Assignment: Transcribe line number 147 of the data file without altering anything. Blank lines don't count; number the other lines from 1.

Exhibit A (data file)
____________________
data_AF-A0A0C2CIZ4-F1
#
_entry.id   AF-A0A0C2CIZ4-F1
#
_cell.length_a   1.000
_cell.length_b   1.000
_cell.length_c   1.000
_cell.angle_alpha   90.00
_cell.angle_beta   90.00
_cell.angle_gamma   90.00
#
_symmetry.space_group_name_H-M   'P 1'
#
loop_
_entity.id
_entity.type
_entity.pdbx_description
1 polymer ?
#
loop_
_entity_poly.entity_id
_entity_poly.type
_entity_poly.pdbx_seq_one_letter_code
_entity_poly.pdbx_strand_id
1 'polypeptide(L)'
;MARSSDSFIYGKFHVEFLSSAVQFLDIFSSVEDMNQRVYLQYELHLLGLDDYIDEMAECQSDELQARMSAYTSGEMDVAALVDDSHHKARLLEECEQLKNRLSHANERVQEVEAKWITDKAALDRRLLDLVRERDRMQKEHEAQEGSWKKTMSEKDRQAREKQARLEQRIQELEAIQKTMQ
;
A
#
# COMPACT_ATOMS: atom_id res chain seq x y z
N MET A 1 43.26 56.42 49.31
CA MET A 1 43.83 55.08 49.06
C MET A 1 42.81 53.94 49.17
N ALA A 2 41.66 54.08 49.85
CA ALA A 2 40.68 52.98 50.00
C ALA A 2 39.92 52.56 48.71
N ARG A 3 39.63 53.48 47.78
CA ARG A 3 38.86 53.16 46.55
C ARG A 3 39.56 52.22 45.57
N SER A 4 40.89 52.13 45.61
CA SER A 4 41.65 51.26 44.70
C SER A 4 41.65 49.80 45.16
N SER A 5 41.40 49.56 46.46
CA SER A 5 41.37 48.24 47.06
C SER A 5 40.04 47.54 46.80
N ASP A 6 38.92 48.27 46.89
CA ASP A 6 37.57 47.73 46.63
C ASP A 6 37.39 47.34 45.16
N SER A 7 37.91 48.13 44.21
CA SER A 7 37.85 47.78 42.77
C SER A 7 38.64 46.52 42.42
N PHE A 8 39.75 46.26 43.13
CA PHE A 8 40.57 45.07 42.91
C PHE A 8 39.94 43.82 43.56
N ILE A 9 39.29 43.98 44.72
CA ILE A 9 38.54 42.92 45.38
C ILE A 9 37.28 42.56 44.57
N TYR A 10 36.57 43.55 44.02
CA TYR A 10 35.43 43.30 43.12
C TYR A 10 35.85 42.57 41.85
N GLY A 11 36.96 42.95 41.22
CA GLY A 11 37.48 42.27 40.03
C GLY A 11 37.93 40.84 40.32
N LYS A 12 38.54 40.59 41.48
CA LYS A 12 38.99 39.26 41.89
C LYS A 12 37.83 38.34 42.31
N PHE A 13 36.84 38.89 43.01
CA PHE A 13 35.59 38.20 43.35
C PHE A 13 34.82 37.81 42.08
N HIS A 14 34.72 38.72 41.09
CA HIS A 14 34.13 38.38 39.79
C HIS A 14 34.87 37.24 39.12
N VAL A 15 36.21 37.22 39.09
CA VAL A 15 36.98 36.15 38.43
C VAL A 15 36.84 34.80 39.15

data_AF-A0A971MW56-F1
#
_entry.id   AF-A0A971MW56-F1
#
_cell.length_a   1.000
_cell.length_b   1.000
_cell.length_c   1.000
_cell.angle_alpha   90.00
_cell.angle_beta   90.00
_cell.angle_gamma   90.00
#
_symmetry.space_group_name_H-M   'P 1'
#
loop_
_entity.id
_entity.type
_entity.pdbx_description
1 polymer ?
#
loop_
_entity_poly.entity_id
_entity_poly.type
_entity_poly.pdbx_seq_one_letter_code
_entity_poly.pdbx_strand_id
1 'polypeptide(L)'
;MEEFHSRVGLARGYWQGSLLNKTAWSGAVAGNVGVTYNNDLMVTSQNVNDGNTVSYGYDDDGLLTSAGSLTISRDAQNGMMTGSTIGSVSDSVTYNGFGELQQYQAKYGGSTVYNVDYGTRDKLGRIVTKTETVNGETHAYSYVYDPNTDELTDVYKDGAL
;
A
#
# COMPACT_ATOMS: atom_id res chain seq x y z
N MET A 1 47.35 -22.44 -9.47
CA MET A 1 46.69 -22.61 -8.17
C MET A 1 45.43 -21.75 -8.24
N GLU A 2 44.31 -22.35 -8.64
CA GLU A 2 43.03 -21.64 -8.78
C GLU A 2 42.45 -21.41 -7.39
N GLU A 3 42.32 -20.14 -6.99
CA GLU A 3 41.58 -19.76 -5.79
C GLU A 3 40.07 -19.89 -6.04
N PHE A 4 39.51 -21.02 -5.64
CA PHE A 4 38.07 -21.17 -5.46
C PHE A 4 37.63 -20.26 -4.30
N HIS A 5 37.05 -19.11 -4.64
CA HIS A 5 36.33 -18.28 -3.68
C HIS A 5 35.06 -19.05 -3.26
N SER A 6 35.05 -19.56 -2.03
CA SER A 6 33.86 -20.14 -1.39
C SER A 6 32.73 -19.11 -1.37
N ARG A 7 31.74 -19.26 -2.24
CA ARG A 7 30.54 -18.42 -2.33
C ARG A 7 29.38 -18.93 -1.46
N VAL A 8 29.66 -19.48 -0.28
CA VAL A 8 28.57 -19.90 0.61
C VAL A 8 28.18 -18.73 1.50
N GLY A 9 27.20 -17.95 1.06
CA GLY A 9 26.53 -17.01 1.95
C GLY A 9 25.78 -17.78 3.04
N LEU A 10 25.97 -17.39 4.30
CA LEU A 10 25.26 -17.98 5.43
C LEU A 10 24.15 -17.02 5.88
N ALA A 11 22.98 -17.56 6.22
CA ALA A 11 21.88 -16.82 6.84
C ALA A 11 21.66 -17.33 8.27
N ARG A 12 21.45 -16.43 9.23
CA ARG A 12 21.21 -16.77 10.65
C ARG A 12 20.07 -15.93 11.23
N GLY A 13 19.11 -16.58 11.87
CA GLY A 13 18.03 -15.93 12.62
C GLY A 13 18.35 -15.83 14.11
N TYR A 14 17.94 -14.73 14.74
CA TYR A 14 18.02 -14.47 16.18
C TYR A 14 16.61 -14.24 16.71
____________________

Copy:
C TYR A 14 16.61 -14.24 16.71